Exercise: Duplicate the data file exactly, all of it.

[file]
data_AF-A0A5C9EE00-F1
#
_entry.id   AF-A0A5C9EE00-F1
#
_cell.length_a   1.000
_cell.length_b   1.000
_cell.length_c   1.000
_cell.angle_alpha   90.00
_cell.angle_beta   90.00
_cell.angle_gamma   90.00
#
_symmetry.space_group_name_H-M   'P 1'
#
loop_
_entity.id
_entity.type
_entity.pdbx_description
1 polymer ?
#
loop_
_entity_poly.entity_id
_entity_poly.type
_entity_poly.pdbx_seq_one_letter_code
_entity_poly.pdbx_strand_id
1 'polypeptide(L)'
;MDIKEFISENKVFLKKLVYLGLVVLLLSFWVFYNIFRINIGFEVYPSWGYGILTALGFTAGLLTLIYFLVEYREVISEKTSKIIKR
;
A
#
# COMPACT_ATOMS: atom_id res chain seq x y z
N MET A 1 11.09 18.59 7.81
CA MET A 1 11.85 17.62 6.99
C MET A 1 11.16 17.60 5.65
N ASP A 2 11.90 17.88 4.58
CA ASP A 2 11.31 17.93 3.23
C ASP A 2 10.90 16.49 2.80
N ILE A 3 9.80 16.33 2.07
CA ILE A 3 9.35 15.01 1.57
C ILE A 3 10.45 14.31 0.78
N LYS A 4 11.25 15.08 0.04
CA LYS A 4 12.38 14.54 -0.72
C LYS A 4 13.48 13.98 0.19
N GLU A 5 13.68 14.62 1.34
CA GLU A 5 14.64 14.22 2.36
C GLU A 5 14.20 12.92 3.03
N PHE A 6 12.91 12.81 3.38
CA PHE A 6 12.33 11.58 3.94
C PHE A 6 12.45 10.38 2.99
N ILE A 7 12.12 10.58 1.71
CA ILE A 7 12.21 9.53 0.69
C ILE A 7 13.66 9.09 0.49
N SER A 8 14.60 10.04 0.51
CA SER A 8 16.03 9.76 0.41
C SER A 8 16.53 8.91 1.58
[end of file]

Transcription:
data_AF-A0A5C9EE00-F1
#
_entry.id   AF-A0A5C9EE00-F1
#
_cell.length_a   1.000
_cell.length_b   1.000
_cell.length_c   1.000
_cell.angle_alpha   90.00
_cell.angle_beta   90.00
_cell.angle_gamma   90.00
#
_symmetry.space_group_name_H-M   'P 1'
#
loop_
_entity.id
_entity.type
_entity.pdbx_description
1 polymer ?
#
loop_
_entity_poly.entity_id
_entity_poly.type
_entity_poly.pdbx_seq_one_letter_code
_entity_poly.pdbx_strand_id
1 'polypeptide(L)'
;MDIKEFISENKVFLKKLVYLGLVVLLLSFWVFYNIFRINIGFEVYPSWGYGILTALGFTAGLLTLIYFLVEYREVISEKTSKIIKR
;
A
#
# COMPACT_ATOMS: atom_id res chain seq x y z
N MET A 1 11.09 18.59 7.81
CA MET A 1 11.85 17.62 6.99
C MET A 1 11.16 17.60 5.65
N ASP A 2 11.90 17.88 4.58
CA ASP A 2 11.31 17.93 3.23
C ASP A 2 10.90 16.49 2.80
N ILE A 3 9.80 16.33 2.07
CA ILE A 3 9.35 15.01 1.57
C ILE A 3 10.45 14.31 0.78
N LYS A 4 11.25 15.08 0.04
CA LYS A 4 12.38 14.54 -0.72
C LYS A 4 13.48 13.98 0.19
N GLU A 5 13.68 14.62 1.34
CA GLU A 5 14.64 14.22 2.36
C GLU A 5 14.20 12.92 3.03
N PHE A 6 12.91 12.81 3.38
CA PHE A 6 12.33 11.58 3.94
C PHE A 6 12.45 10.38 2.99
N ILE A 7 12.12 10.58 1.71
CA ILE A 7 12.21 9.53 0.69
C ILE A 7 13.66 9.09 0.49
N SER A 8 14.60 10.04 0.51
CA SER A 8 16.03 9.76 0.41
C SER A 8 16.53 8.91 1.58